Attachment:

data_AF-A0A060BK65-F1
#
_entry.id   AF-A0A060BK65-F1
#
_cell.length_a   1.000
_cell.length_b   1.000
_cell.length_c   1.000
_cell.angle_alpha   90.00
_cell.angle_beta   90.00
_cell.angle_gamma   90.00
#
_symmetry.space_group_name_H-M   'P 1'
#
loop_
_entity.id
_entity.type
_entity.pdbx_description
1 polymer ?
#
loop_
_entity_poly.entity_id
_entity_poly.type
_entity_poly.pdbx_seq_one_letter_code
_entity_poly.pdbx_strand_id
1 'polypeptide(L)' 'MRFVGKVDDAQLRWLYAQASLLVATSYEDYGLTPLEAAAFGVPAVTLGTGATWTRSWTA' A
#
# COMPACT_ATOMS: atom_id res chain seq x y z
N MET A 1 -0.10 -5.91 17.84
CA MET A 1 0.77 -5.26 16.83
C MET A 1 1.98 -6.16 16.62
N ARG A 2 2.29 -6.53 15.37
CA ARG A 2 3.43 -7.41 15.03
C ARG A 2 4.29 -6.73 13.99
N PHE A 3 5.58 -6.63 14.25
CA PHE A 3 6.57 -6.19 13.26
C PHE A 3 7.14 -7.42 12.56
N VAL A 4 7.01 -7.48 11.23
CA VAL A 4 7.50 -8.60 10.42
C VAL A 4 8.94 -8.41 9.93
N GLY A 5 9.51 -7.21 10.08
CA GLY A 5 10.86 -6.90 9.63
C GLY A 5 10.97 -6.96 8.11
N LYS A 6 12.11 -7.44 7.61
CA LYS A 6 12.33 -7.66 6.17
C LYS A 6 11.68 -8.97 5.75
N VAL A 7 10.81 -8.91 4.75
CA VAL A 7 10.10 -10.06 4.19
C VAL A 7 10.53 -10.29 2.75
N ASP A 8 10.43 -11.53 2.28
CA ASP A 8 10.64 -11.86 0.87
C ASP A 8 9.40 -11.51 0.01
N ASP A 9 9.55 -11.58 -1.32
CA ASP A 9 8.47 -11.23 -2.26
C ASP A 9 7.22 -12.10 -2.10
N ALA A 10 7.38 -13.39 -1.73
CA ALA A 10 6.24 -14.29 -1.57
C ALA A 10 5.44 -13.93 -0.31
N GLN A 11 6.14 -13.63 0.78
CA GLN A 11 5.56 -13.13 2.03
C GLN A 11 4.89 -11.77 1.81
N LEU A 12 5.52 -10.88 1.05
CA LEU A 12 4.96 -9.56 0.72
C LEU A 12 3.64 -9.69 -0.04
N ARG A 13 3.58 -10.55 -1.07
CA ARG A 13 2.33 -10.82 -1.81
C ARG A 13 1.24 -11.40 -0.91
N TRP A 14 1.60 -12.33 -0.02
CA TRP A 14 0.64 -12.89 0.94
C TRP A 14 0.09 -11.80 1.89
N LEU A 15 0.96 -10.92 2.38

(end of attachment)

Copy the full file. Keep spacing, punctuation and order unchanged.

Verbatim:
data_AF-A0A060BK65-F1
#
_entry.id   AF-A0A060BK65-F1
#
_cell.length_a   1.000
_cell.length_b   1.000
_cell.length_c   1.000
_cell.angle_alpha   90.00
_cell.angle_beta   90.00
_cell.angle_gamma   90.00
#
_symmetry.space_group_name_H-M   'P 1'
#
loop_
_entity.id
_entity.type
_entity.pdbx_description
1 polymer ?
#
loop_
_entity_poly.entity_id
_entity_poly.type
_entity_poly.pdbx_seq_one_letter_code
_entity_poly.pdbx_strand_id
1 'polypeptide(L)' 'MRFVGKVDDAQLRWLYAQASLLVATSYEDYGLTPLEAAAFGVPAVTLGTGATWTRSWTA' A
#
# COMPACT_ATOMS: atom_id res chain seq x y z
N MET A 1 -0.10 -5.91 17.84
CA MET A 1 0.77 -5.26 16.83
C MET A 1 1.98 -6.16 16.62
N ARG A 2 2.29 -6.53 15.37
CA ARG A 2 3.43 -7.41 15.03
C ARG A 2 4.29 -6.73 13.99
N PHE A 3 5.58 -6.63 14.25
CA PHE A 3 6.57 -6.19 13.26
C PHE A 3 7.14 -7.42 12.56
N VAL A 4 7.01 -7.48 11.23
CA VAL A 4 7.50 -8.60 10.42
C VAL A 4 8.94 -8.41 9.93
N GLY A 5 9.51 -7.21 10.08
CA GLY A 5 10.86 -6.90 9.63
C GLY A 5 10.97 -6.96 8.11
N LYS A 6 12.11 -7.44 7.61
CA LYS A 6 12.33 -7.66 6.17
C LYS A 6 11.68 -8.97 5.75
N VAL A 7 10.81 -8.91 4.75
CA VAL A 7 10.10 -10.06 4.19
C VAL A 7 10.53 -10.29 2.75
N ASP A 8 10.43 -11.53 2.28
CA ASP A 8 10.64 -11.86 0.87
C ASP A 8 9.40 -11.51 0.01
N ASP A 9 9.55 -11.58 -1.32
CA ASP A 9 8.47 -11.23 -2.26
C ASP A 9 7.22 -12.10 -2.10
N ALA A 10 7.38 -13.39 -1.73
CA ALA A 10 6.24 -14.29 -1.57
C ALA A 10 5.44 -13.93 -0.31
N GLN A 11 6.14 -13.63 0.78
CA GLN A 11 5.56 -13.13 2.03
C GLN A 11 4.89 -11.77 1.81
N LEU A 12 5.52 -10.88 1.05
CA LEU A 12 4.96 -9.56 0.72
C LEU A 12 3.64 -9.69 -0.04
N ARG A 13 3.58 -10.55 -1.07
CA ARG A 13 2.33 -10.82 -1.81
C ARG A 13 1.24 -11.40 -0.91
N TRP A 14 1.60 -12.33 -0.02
CA TRP A 14 0.64 -12.89 0.94
C TRP A 14 0.09 -11.80 1.89
N LEU A 15 0.96 -10.92 2.38